Craigslist, the free community Web site that generates more than 1 billion page-views each month, has cost newspapers in the San Francisco Bay area $50 million to $65 million in employment advertising revenue, a new report shows. Craigslist, which is one-quarter owned by EBay Inc., also has cost the newspapers untold millions more in merchandise and real estate advertising, and has damaged other traditional classified advertising businesses, the report shows.

The 57-page report, “Competing with Craig: Strategies and tactics for battling Craigslist and its counterparts,” was published by Classified Intelligence LLC, a consulting group. The report is designed to help all classified advertising publishers – newspapers, dot-coms, broadcasters and yellow pages – develop more effective products for auto, employment, real estate and merchandise advertising. Craigslist has created an extremely important and valuable marketplace, and perfectly illustrates the changing nature of the classified advertising industry,” said Peter M. Zollman, founding principal of Classified Intelligence. “All classified advertising companies should learn from Craigslist and its founder, Craig Newmark, about effectively serving their audiences.”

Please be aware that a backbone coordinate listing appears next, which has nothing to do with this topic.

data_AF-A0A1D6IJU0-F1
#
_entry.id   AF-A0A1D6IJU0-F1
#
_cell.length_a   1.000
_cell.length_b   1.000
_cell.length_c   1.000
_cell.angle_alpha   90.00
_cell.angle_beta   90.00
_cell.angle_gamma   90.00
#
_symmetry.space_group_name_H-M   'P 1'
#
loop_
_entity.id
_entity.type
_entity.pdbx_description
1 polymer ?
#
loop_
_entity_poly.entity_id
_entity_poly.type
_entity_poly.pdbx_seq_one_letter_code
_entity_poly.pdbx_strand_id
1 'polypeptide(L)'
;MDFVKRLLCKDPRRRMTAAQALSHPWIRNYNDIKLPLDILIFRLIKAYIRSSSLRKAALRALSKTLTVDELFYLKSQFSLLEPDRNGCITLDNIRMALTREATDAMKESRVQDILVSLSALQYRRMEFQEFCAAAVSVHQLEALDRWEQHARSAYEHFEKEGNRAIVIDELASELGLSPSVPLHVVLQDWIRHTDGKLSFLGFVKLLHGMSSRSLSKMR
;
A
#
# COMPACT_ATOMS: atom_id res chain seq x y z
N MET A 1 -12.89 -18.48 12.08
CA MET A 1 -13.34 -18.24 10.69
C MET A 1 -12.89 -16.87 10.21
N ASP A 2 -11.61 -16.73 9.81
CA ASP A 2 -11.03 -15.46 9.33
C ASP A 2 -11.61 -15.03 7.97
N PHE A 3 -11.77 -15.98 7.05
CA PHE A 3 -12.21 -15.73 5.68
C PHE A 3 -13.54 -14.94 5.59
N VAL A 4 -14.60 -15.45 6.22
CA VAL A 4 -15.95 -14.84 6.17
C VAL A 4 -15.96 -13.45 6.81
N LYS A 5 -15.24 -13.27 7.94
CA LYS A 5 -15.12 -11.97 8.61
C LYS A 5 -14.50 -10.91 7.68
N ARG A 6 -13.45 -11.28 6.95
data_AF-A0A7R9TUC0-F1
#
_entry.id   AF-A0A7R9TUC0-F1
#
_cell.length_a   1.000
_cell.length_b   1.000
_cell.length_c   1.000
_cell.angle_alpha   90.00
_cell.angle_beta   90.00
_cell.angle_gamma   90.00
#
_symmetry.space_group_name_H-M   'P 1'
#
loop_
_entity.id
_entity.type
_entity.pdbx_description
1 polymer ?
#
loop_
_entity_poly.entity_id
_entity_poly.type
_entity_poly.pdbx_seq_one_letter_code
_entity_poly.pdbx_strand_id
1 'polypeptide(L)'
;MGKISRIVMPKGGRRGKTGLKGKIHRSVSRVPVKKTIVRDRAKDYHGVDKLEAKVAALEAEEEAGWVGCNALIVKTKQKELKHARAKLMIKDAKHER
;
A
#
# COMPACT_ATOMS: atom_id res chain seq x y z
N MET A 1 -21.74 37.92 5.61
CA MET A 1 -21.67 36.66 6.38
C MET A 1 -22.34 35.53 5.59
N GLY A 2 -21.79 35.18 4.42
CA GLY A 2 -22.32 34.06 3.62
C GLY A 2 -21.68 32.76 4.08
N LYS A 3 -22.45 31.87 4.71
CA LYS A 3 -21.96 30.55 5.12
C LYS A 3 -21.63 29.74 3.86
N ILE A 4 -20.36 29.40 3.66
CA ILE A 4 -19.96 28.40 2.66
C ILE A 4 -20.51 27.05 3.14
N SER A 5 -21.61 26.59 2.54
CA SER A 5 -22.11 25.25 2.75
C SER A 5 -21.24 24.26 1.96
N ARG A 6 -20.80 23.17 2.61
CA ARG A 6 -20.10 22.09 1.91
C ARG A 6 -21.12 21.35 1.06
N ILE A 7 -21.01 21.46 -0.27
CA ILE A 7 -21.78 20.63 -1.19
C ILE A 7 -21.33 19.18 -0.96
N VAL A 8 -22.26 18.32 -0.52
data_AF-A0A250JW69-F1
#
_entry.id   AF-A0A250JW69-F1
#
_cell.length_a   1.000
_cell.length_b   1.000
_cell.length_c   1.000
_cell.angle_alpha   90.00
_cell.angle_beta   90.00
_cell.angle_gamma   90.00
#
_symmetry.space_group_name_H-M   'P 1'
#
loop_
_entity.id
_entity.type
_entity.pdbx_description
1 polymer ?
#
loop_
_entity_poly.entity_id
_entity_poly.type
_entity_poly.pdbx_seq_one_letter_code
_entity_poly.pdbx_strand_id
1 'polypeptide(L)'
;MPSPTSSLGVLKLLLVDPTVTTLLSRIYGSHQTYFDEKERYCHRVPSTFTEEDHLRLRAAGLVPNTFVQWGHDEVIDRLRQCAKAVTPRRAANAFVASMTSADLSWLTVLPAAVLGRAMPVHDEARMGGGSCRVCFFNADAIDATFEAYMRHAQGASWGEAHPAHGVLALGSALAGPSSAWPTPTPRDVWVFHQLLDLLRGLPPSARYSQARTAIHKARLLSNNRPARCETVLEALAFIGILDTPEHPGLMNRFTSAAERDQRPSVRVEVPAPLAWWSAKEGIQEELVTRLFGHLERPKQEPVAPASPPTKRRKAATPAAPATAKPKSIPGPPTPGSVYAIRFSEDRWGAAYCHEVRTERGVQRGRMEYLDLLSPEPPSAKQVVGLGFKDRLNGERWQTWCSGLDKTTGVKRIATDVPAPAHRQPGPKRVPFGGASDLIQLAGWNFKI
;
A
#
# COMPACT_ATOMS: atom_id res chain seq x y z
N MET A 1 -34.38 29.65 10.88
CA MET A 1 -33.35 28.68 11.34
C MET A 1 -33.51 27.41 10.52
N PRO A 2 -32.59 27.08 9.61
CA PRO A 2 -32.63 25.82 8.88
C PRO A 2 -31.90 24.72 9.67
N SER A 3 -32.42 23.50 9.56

The report includes a 15-page section outlining strategies necessary to maintain a classified advertising marketplace – written by a former VP of interactive media for the leading newspaper in San Francisco, and by a committed 23-year-old user of Craigslist who tells newspaper publishers, “Stop thinking like a newspaper,” and explains how they can reach his generation.

Classified advertising represents a $28 billion to $30 billion business in the United States, including $16 billion in daily newspapers, and an estimated $100 billion business internationally.

“Craigslist has created a highly focused, useful tool for its audience, and too many other classified publishers have not,” Zollman said. “Yellow-page publishers are moving into classifieds; dot-com classifieds are growing, and many broadcasters are improving their classified offerings. As the business becomes even more competitive than it has been, consumers will benefit from more efficient marketplaces and advertisers will find improved services. Only publishers who don’t keep up with the changes will lose.”

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